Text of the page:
John Paul II, who was a fine athlete even into his papacy, never ceased to remind the faithful, and particularly our youth, that the human body has a specific meaning and role to play in God’s creative plan (Theology of the Body 1-129, 1982-84). In his biography of John Paul II, Witness to Hope, George Weigel writes that as a young priest, Father Karol “took single and married couple hiking, skiing, and kayaking. As a veteran hiker from his youth in Wadowice, the future pontiff was thoroughly at home in nature. And so he created the pastoral method of accompanying his young friends to Poland’s mountains and lakes.”

Weigel continues: “The annual kayak trips were a vacation plus, and they were always the occasion for conversation or for spiritual direction. Mass was celebrated using an overturned kayak as an altar, with two paddles tied together to form the altar cross. He made it a point to take a meal with a different family every day of the vacation, working his way around the entire group. Soccer games were organized between the married team and the youth team. Wujek, his nickname, “played for whichever team was shorthanded. Around the campfire in the evening, the adults would discuss significant books or church documents.”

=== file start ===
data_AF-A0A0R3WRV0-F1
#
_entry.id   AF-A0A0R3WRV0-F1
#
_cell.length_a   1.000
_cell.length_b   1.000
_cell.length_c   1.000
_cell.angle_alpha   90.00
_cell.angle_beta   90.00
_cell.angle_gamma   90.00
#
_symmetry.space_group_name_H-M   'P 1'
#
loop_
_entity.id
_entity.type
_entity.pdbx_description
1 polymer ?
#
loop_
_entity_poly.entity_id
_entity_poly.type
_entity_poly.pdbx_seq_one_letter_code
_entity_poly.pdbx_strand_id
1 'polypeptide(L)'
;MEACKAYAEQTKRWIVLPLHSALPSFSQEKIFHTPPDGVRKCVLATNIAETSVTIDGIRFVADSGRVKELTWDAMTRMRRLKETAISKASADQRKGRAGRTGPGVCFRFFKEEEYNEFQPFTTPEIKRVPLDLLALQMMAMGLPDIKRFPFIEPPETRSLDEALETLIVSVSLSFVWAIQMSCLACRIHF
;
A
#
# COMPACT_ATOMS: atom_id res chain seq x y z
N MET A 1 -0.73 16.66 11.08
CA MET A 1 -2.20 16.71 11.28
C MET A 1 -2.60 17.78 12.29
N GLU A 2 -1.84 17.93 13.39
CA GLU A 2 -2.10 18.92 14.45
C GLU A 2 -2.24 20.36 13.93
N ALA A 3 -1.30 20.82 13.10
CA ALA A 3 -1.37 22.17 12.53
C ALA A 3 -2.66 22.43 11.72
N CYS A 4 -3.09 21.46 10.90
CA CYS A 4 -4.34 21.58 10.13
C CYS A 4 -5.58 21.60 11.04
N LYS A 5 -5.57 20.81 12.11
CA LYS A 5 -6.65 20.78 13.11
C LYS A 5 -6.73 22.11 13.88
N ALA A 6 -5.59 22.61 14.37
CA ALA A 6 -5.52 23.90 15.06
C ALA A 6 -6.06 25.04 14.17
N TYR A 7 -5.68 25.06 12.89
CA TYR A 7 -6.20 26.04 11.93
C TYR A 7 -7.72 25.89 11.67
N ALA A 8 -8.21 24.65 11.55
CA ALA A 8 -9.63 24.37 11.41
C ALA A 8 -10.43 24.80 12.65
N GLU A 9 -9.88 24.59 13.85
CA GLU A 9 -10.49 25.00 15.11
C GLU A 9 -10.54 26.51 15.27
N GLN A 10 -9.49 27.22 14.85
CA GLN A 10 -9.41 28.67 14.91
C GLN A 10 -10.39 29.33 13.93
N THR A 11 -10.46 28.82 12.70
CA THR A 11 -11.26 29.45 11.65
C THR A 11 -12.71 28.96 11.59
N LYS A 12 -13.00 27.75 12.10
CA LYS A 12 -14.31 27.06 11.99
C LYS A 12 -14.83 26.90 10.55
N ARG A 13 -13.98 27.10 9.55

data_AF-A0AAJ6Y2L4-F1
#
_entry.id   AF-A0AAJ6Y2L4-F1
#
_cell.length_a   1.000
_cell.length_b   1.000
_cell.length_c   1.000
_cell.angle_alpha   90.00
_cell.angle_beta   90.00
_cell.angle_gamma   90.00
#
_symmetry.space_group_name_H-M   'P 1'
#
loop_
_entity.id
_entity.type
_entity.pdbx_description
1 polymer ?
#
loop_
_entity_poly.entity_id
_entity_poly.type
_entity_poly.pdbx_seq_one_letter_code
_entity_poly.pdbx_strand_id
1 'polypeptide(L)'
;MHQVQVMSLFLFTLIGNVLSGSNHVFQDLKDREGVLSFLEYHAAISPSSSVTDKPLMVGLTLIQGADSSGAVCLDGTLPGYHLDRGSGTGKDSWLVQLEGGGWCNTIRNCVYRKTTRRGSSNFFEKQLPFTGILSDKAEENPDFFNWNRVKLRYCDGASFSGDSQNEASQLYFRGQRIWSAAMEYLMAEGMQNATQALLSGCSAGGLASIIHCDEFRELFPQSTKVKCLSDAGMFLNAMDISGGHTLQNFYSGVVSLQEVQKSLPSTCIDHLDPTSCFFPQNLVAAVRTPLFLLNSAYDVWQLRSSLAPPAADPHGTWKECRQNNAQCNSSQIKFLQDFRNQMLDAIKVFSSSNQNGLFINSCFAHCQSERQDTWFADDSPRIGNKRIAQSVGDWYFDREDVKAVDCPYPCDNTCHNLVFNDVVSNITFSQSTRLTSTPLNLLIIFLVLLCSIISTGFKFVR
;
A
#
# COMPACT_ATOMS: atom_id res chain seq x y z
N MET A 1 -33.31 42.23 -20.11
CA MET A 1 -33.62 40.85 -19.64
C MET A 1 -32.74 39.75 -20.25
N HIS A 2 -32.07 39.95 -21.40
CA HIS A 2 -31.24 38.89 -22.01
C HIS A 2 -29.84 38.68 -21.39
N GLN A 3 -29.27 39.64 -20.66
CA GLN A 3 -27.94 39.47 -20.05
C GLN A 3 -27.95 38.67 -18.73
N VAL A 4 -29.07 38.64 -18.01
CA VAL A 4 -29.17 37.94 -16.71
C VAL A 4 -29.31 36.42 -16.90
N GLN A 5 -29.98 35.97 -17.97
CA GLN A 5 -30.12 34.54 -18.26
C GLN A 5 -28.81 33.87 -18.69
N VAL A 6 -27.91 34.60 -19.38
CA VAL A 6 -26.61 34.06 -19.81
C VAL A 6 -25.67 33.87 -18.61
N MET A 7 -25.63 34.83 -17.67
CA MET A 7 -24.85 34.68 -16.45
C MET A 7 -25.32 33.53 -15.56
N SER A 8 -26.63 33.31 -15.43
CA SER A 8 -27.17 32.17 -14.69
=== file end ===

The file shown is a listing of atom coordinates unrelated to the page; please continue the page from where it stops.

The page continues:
“The future pontiff’s essential point was that the priest’s duty to help make God present in the world was not satisfied by his daily celebration of Mass. In addition, “the duty of a priest is to live with people, everywhere they are, to be with them in everything but sin. That was the context for looking at vacations as a pastoral opportunity. Daily Mass took on a special texture on a vacation trek: nature, not only human art, participates in the sacrifice of the Son of God. At Mass, a thought for the day could be proposed and reflected on during evening prayer.”